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Silverman Consultants offers a legacy of 65 years in the jewelry business, conducting going out of business sales, jewelry liquidation and promotional sales, turnaround and crisis management, retirement planning, marketing consultation and inventory management for jewelry stores, and appraisals.
Coping with a cash crunch: putting your business on good financial footing
By Silverman Consultants CEO Bob Epstein for Southern Jewelry News [ August 2006 ]
Cash is the lifeblood of every business. Without cash for inventory, payroll and other expenses, an emergency is imminent. Even a profitable business can experience not having enough cash at the wrong moment. One moment cash is flowing, the next moment it is dripping.
It’s an emergency when the cash flow stops and paralyzes your store. But if you still believe in the long-term viability of your business and are willing to work toward its success, put these six steps into action immediately. They are the foundation for avoiding future cash crunches.
Step One: Personally monitor all cash disbursements.
In a survival situation, cash management should not be delegated. Take personal responsibility for all decisions affecting cash disbursements. Dispense cash sparingly.
Step Two: Face the situation squarely.
Look at the cold, hard facts.
List all your liabilities. How much do you owe lenders, suppliers, and others? When must they be paid? Make a list of all pending bills. Date them. Decide which bills must be paid, such as payroll, utilities, and vendor bills for current stock. Check all billings for finance charges and make a judgment on which ones will likely occur, and at what price.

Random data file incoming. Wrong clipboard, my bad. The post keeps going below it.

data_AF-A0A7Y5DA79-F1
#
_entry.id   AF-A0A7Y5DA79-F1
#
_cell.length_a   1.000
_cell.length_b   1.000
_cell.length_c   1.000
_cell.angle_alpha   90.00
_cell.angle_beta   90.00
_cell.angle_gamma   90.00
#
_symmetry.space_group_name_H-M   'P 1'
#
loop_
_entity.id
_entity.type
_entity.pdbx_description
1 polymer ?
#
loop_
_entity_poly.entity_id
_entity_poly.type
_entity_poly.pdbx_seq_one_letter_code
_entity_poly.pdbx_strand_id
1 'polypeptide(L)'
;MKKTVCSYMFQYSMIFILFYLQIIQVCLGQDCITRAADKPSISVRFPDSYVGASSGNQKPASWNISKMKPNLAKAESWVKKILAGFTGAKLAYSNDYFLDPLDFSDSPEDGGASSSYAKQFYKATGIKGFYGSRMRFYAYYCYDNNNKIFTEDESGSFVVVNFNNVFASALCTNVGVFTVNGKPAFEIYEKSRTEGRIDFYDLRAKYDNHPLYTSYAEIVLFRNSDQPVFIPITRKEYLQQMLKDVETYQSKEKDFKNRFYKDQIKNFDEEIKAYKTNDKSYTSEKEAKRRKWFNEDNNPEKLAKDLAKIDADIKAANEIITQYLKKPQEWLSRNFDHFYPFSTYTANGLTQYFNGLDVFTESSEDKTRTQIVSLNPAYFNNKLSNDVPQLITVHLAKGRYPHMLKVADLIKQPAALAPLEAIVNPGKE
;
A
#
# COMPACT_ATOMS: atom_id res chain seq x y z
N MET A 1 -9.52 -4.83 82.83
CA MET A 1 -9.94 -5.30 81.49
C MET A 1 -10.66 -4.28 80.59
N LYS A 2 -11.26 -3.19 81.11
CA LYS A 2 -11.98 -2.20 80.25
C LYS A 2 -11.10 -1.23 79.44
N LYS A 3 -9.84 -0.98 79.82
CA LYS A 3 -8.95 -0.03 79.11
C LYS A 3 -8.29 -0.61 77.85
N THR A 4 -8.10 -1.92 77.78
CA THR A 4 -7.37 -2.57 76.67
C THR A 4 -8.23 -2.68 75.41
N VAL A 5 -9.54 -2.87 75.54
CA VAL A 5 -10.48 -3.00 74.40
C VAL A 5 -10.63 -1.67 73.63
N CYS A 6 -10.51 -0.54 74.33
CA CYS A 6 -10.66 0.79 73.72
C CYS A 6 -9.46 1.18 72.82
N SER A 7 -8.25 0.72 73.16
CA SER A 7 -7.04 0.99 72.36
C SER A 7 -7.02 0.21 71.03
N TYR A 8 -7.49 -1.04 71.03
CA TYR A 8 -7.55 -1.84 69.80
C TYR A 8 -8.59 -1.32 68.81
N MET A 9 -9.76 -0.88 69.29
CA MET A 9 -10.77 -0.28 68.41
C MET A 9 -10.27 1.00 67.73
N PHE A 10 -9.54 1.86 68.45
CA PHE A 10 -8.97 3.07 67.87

List all of your sources of cash. Look for any areas that might produce immediate cash: sales, receivables, financing? Will these sources of cash eventually allow you to meet your debts and continue to operate your business?
Step Three: Get on the phone to all creditors.
Don’t hide. Call your biggest creditors. Talk with them. Remember, they want you to be in business. Look at some of your bigger cash outlays.
- Rent: If permitted, delay payment by a week or two, whatever it takes to get through the crunch.
- Vendors: Find out how flexible they are. Call them before they call you.
- Lenders: Explain the situation to your banker, and find out what options exist.
Step Four: List all saleable assets.
Now is the time to liquidate superfluous inventory, fixtures, etc. Look at everything—even that old display shelf in the back room; another retailer down the street might be able to use it.
In storage you may have some old merchandise gathering dust. Brush it off and put it on sale. Get the word out about your sale and be sure to put the old products along side an appealing display of fresh inventory. Customers drawn to the store for the sale may choose to buy the new merchandise. If they see an attractive display of new arrivals, people won’t misinterpret your sale as a “going out of business” sale.
Step Five: Prepare a cash flow budget.
This is your most important tool. We suggest that this first budget cover the next six weeks. This will help identify any shortfalls and possible sources of cash to cover them. This six-week plan is an interim measure that will meet your immediate needs.
Step Six: Cut and slash.